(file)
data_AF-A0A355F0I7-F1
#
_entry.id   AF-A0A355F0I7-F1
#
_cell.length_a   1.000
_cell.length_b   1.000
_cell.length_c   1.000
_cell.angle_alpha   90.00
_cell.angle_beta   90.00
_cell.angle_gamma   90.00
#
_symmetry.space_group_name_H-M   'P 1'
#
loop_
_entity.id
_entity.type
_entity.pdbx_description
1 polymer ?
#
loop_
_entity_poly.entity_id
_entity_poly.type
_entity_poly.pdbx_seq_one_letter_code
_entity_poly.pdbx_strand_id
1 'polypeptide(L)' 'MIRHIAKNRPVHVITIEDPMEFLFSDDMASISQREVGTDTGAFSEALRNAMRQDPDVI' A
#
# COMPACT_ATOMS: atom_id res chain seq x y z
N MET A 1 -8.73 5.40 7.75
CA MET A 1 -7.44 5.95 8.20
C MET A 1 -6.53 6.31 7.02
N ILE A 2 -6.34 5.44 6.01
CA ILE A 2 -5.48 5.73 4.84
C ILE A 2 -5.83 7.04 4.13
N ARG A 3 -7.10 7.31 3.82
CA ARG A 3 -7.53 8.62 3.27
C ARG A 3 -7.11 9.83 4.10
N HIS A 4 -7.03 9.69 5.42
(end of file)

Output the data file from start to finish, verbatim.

data_AF-A0A355F0I7-F1
#
_entry.id   AF-A0A355F0I7-F1
#
_cell.length_a   1.000
_cell.length_b   1.000
_cell.length_c   1.000
_cell.angle_alpha   90.00
_cell.angle_beta   90.00
_cell.angle_gamma   90.00
#
_symmetry.space_group_name_H-M   'P 1'
#
loop_
_entity.id
_entity.type
_entity.pdbx_description
1 polymer ?
#
loop_
_entity_poly.entity_id
_entity_poly.type
_entity_poly.pdbx_seq_one_letter_code
_entity_poly.pdbx_strand_id
1 'polypeptide(L)' 'MIRHIAKNRPVHVITIEDPMEFLFSDDMASISQREVGTDTGAFSEALRNAMRQDPDVI' A
#
# COMPACT_ATOMS: atom_id res chain seq x y z
N MET A 1 -8.73 5.40 7.75
CA MET A 1 -7.44 5.95 8.20
C MET A 1 -6.53 6.31 7.02
N ILE A 2 -6.34 5.44 6.01
CA ILE A 2 -5.48 5.73 4.84
C ILE A 2 -5.83 7.04 4.13
N ARG A 3 -7.10 7.31 3.82
CA ARG A 3 -7.53 8.62 3.27
C ARG A 3 -7.11 9.83 4.10
N HIS A 4 -7.03 9.69 5.42